The Cloister Project

Conserving extraordinary heritage

Built in the 14th century, the Great Cloister is widely regarded as the first and best example of fan vaulting in the world and is now known as ‘Hogwarts’ to Harry Potter fans. It remains internationally significant today but a 2019 survey confirmed it is at risk.

Before its current incarnation, Gloucester Cathedral was a monastic community of men and women, thereafter an abbey where every aspect of daily life from food growing and preparation, learning and democratic decision making to hospitality, almsgiving and medical care took place alongside worship. The Cloister was the centre of this life.

We will use the long-term conservation of this extraordinary built heritage (including the North Nave and Transept) to develop our stonemasons training and mentoring programme. We will offer opportunities for at least eight talented craftspeople to develop their careers through a once-in-a-millennia opportunity to work on this extraordinary fabric whilst gaining a foundation degree in Heritage Skills.

Visitors will experience conservation first-hand, learning about the people and techniques which protect heritage for future generations and we will open the Cathedral Workshop to wider uses, including tours and training.

In August 2022, with thanks to generous support from Julia and Hans Rausing, the Cathedral’s Stonemason Team and other specialists have commenced the trial phase of The Cloister Project. You can read more about this here:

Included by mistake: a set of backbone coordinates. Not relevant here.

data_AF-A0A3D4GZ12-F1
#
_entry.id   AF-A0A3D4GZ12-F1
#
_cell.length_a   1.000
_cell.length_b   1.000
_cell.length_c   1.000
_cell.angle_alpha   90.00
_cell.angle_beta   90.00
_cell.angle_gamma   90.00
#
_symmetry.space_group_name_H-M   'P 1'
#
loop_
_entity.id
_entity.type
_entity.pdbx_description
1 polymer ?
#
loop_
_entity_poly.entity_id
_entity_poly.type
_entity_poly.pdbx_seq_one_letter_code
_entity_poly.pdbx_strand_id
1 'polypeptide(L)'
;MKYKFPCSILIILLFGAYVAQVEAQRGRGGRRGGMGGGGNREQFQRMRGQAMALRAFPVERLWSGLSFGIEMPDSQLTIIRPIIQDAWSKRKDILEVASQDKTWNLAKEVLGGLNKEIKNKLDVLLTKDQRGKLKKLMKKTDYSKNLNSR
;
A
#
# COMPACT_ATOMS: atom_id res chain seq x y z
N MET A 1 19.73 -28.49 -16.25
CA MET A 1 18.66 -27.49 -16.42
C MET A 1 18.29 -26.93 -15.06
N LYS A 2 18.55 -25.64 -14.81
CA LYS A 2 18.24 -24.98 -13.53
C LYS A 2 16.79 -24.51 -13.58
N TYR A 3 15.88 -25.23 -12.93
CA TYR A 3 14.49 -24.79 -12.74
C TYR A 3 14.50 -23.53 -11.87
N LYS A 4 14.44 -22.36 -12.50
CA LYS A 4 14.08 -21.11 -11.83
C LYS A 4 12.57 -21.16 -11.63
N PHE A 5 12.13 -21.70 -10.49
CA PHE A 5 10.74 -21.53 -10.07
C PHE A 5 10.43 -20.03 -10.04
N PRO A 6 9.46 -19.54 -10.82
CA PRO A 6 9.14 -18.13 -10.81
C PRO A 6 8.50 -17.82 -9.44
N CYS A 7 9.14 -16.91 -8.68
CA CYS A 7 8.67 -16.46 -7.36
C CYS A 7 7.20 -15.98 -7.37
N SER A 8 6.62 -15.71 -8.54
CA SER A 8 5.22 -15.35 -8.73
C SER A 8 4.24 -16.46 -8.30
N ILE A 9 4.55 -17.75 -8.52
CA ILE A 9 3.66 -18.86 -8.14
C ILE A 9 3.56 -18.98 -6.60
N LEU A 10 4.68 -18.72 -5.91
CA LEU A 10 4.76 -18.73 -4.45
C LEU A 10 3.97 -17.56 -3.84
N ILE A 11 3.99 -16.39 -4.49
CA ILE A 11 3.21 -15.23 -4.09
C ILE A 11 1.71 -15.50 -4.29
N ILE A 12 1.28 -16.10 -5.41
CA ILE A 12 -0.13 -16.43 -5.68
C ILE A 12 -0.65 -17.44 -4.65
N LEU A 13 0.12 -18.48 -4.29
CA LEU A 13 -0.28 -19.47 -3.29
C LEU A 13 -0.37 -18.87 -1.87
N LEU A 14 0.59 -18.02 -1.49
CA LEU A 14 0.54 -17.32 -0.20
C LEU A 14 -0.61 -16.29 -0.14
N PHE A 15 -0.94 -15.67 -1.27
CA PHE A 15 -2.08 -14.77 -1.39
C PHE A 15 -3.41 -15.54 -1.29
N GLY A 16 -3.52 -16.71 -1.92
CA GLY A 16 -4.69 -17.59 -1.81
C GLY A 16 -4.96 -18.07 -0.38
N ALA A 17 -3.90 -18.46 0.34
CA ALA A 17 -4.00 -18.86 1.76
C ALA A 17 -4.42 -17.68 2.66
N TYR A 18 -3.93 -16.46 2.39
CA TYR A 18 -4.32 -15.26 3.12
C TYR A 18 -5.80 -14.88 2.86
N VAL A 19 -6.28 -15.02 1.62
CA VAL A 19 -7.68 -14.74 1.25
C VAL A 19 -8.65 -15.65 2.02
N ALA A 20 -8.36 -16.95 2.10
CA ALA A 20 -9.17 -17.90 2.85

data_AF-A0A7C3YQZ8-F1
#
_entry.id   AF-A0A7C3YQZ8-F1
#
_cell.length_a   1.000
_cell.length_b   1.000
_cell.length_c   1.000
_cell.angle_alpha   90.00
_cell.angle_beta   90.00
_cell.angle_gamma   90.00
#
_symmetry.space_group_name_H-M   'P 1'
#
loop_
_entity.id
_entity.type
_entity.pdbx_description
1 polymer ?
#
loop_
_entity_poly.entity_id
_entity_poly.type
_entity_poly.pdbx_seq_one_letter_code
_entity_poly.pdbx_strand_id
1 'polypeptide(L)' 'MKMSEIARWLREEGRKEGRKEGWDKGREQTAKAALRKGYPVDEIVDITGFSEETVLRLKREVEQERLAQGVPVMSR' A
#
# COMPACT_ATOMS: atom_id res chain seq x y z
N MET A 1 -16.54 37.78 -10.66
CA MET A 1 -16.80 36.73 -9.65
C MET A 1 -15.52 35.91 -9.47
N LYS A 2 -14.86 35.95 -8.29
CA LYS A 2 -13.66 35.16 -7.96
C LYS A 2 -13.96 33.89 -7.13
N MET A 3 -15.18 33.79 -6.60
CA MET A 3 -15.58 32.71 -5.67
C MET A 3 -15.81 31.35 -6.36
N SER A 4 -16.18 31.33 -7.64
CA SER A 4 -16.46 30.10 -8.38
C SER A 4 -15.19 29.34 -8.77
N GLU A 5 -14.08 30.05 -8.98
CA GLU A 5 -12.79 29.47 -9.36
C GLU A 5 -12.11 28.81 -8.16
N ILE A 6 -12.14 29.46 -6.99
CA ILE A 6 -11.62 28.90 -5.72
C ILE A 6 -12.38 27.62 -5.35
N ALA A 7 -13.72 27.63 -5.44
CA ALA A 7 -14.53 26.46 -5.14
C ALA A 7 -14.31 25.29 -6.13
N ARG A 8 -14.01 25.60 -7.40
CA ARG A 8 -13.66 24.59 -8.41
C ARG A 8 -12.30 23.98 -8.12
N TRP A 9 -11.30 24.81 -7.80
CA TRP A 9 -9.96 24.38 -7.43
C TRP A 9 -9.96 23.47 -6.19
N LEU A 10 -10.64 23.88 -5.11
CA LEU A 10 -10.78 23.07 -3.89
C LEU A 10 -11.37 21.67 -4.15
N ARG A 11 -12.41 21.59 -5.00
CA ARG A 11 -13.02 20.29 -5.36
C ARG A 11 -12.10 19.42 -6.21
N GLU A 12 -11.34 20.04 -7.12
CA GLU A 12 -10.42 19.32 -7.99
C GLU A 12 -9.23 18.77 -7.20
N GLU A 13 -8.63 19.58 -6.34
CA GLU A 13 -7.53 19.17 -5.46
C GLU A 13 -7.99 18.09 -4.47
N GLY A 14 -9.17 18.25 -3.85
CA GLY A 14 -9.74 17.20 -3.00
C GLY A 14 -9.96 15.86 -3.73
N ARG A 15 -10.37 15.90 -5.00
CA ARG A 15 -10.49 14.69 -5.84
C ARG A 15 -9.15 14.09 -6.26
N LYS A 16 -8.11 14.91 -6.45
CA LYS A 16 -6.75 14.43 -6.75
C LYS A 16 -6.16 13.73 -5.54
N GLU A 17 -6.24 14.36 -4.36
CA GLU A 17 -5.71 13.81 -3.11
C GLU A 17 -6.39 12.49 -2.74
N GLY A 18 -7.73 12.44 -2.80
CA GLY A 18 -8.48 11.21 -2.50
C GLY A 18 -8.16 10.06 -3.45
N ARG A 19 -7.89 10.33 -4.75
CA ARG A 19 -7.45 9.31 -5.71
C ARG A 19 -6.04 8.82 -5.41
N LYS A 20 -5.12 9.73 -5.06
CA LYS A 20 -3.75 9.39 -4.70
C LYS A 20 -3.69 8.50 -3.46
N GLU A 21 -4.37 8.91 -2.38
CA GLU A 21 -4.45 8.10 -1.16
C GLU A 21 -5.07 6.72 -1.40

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A Place for Training

Cathedral Stonemason

A new generation of stonemasons

Through the Cloister Project we are committing to train a new generation of stonemasons and ensuring continuation of the craft. We will deliver a long term stonemason apprentice programme to offer aspiring stonemasons an opportunity to train under the watchful eye of our talented and well recognised master mason – Pascal Mychalysin.

Master Mason, Pascal has trained over 70 masons in his thirty years at the Cathedral

As part of our commitment to train future generations of stonemasons, apprentices will work with our skilled team to carefully clean and conserve the stonework, removing the cement pointing and replacing with lime mortar, and renewing decayed stone elements. This isn’t a job to rush and since much of the work will be taking place indoors and at ground floor level we will be able to show visitors both the exceptional architecture and human skill and care up close.

Find out more about our masons by clicking the button below.

Cathedral Stonemasons